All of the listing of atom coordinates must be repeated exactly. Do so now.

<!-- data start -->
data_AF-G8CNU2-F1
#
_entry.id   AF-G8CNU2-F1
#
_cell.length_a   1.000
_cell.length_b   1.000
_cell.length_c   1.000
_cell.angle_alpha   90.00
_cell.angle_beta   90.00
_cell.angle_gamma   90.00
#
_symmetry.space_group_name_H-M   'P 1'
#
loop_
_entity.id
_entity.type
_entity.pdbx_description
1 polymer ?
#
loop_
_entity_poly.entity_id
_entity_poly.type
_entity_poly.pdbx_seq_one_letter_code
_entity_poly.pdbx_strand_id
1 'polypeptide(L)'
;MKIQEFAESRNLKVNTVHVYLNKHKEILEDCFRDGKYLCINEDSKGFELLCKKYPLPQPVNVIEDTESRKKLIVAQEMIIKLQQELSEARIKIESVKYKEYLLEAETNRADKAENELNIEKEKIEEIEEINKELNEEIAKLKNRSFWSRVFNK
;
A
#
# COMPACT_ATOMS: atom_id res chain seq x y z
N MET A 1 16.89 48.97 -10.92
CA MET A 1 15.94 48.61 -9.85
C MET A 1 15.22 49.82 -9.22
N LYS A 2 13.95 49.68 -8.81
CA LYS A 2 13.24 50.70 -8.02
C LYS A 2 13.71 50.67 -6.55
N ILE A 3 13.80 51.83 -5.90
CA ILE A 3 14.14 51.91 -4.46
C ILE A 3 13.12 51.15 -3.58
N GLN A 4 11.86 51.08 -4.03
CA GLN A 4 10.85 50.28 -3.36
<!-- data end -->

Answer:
data_AF-G8CNU2-F1
#
_entry.id   AF-G8CNU2-F1
#
_cell.length_a   1.000
_cell.length_b   1.000
_cell.length_c   1.000
_cell.angle_alpha   90.00
_cell.angle_beta   90.00
_cell.angle_gamma   90.00
#
_symmetry.space_group_name_H-M   'P 1'
#
loop_
_entity.id
_entity.type
_entity.pdbx_description
1 polymer ?
#
loop_
_entity_poly.entity_id
_entity_poly.type
_entity_poly.pdbx_seq_one_letter_code
_entity_poly.pdbx_strand_id
1 'polypeptide(L)'
;MKIQEFAESRNLKVNTVHVYLNKHKEILEDCFRDGKYLCINEDSKGFELLCKKYPLPQPVNVIEDTESRKKLIVAQEMIIKLQQELSEARIKIESVKYKEYLLEAETNRADKAENELNIEKEKIEEIEEINKELNEEIAKLKNRSFWSRVFNK
;
A
#
# COMPACT_ATOMS: atom_id res chain seq x y z
N MET A 1 16.89 48.97 -10.92
CA MET A 1 15.94 48.61 -9.85
C MET A 1 15.22 49.82 -9.22
N LYS A 2 13.95 49.68 -8.81
CA LYS A 2 13.24 50.70 -8.02
C LYS A 2 13.71 50.67 -6.55
N ILE A 3 13.80 51.83 -5.90
CA ILE A 3 14.14 51.91 -4.46
C ILE A 3 13.12 51.15 -3.58
N GLN A 4 11.86 51.08 -4.03
CA GLN A 4 10.85 50.28 -3.36